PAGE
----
Last Updated on May 8, 2015, by eNotes Editorial. Word Count: 488
There are many characters in Great Jones Street, but the narrator, Bucky Wunderlick, his agent Globke, the megalomaniacal head of Happy Valley, Bohack, and the wizard of drug dealing, Dr. Pepper, are the primary antagonists. Bucky's sometime girlfriend, Opel, plays a significant part in the plot, primarily by dying, and delivers a thematically important monologue about the relationship between "identity" and the phenomenal world. That sequence is scarily terminated by one of DeLillo's stunning but simple sentences: "When I turned from the window, Opel was dead."
Globke, the head of Transparanoia, is a nightmare version of a nightclub comedian's description of his agent. His attention acknowledges only moneymaking options; he has no personal or aesthetic interest in the artists he manages; he is a monster of manipulation. In an especially revealing moment, he telephones Bucky on a line Bucky thought was inoperative: "They did it from their office. The phone company. It wasn't broke, understand? It was just turned off. So we had them turn it on." The bland assumption of the right to intrude on another's privacy, represented by the nearly universal notion that everyone must have a telephone in order to satisfy everyone else's "right" to call them, is typical of Globke's belief that reciprocal rights to manipulate are the foundation of business relationships.
Dr. Pepper is an amusing parody of the "genius" — self-proclaimed, self-validated — who preys parasitically on a culture that has no basis for understanding or evaluating his claims, but that becomes dependent on him in order to pursue its own fantasies. While Pepper depends on his reputation for genius, Bohack depends on his ruthless pursuit of a reputation for charismatic leadership to sustain his power in the Happy Valley commune.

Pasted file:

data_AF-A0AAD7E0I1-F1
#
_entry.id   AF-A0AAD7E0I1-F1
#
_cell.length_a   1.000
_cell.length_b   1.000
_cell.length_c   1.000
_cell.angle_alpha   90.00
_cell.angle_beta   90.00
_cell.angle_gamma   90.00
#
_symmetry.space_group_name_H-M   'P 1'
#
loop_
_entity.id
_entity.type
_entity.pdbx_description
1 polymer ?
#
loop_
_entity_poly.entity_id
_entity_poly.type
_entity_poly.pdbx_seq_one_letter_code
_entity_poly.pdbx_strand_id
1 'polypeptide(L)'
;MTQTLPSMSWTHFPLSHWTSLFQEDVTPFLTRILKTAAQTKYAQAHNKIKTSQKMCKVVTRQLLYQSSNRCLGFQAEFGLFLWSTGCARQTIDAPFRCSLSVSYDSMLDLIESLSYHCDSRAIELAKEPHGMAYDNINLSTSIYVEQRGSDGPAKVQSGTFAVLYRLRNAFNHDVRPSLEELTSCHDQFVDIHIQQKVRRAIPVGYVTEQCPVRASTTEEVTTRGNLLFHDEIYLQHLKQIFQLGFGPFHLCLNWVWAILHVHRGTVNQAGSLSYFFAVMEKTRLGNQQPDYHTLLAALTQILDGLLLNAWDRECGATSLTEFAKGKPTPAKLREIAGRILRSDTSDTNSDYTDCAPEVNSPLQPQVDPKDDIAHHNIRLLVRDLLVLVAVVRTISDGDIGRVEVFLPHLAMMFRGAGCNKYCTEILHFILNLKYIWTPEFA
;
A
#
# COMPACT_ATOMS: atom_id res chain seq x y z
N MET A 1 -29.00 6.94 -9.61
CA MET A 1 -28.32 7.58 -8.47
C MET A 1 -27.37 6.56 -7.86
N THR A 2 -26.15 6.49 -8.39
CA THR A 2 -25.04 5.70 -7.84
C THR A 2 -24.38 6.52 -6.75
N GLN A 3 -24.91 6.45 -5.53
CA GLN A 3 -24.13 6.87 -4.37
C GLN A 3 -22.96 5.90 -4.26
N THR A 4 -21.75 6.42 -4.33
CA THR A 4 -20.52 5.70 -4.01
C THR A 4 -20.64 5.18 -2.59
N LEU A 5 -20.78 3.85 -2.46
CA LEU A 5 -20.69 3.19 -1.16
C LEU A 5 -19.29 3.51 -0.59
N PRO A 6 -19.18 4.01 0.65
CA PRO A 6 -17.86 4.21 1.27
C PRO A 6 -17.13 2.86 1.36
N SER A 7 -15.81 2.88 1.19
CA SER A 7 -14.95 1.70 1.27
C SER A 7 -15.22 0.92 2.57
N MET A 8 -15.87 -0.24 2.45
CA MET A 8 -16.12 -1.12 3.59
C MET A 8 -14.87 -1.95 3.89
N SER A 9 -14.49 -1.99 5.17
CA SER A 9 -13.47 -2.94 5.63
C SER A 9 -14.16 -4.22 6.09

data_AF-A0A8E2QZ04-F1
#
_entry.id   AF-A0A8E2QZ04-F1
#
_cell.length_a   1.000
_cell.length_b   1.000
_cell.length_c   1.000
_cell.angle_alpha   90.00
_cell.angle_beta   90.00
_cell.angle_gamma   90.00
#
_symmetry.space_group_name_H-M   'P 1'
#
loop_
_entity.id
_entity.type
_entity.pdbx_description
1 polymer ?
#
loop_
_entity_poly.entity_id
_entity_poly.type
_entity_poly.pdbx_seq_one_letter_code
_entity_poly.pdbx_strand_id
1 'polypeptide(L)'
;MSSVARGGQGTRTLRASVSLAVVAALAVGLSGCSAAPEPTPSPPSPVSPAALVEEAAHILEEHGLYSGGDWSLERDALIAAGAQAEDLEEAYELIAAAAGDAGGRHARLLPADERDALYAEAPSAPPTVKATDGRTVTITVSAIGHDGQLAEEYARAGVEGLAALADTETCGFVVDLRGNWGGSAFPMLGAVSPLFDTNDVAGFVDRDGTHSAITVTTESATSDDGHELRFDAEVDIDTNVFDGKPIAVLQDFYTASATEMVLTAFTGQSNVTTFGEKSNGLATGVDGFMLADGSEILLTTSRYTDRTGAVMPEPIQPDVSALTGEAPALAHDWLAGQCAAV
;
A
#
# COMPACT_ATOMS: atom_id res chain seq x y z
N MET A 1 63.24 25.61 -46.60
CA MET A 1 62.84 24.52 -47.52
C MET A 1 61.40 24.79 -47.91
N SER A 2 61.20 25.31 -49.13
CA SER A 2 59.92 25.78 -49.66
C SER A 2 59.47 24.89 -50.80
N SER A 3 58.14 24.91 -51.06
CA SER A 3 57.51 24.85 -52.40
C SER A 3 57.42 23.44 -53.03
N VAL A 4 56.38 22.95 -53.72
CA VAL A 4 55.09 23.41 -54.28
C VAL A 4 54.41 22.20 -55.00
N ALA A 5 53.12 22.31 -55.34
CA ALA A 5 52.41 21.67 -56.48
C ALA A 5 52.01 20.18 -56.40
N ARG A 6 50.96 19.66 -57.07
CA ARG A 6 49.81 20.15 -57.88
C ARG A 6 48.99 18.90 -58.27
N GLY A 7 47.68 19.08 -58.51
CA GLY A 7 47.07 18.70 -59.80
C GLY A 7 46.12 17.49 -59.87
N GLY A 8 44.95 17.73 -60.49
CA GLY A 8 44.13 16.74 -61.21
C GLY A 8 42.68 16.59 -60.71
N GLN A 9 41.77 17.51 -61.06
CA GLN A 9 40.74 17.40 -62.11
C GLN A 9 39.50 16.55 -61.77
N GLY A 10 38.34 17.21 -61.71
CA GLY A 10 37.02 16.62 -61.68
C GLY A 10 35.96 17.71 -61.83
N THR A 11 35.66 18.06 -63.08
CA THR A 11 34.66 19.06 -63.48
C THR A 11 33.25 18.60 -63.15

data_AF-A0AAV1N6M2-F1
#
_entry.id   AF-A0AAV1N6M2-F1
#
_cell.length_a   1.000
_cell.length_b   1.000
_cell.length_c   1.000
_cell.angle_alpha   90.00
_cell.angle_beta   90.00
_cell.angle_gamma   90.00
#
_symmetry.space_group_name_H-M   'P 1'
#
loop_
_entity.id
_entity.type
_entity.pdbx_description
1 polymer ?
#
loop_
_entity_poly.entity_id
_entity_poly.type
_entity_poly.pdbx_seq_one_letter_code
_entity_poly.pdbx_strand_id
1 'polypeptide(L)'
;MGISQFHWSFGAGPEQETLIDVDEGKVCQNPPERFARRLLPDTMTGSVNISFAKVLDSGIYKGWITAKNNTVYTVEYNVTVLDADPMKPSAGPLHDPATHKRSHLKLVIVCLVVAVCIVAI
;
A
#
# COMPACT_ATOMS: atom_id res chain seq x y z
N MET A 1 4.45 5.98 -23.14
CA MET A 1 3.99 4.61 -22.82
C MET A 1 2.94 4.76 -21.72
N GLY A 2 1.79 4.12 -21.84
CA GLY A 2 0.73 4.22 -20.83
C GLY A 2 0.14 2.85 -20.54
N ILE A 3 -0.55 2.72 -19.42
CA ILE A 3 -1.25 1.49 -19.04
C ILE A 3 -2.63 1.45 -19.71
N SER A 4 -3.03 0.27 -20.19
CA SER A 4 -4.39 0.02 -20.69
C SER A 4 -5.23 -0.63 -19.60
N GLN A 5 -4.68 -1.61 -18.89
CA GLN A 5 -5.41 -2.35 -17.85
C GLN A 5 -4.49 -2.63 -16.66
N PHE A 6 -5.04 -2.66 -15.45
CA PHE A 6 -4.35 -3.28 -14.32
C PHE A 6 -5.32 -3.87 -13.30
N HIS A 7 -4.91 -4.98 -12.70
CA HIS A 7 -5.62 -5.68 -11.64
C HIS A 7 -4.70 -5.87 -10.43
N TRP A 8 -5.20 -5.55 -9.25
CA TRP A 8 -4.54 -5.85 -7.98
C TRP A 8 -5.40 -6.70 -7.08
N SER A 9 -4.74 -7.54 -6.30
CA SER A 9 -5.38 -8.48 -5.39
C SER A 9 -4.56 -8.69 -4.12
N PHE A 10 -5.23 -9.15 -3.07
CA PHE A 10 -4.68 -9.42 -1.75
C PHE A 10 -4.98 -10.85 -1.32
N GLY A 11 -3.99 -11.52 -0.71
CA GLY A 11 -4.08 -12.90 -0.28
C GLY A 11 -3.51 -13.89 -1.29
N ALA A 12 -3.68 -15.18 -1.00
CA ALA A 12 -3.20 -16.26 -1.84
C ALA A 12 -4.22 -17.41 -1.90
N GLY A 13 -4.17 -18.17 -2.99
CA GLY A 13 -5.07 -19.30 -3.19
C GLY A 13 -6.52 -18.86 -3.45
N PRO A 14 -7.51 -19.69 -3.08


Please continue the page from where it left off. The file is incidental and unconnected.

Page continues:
An enigmatic, and probably unassimilated, character is Fenig, a failed writer who lives in the loft above Bucky's on Great Jones Street. He is a throwback to a pre-1960s type, (though many living people continue to live as he does), and gives DeLillo opportunities to comment from a completely different perspective on the obsessive paranoia — systematic paranoia of Bucky's world. Fenig is truly threatened, and has evolved comical survival techniques appropriate to an earlier age. His notion of fame and fortune is contemporary with that of Thomas Wolfe, or perhaps Henry Miller, and about as bankable in the 1960s.
Bucky's voice tells readers, on the first page of the novel, "Perhaps the only natural law attaching to true fame is that the famous man is compelled, eventually, to commit suicide." While Bucky's fate, in this novel, brings him close to confirming this law, it is an ironic confirmation, since he passes though his "death" to a new freedom that makes it possible for him to choose the life he wants. It would be foolish to consider the conclusion of the novel a positive development, but the last pages are the first that are free from the constraints of all the earlier ones.
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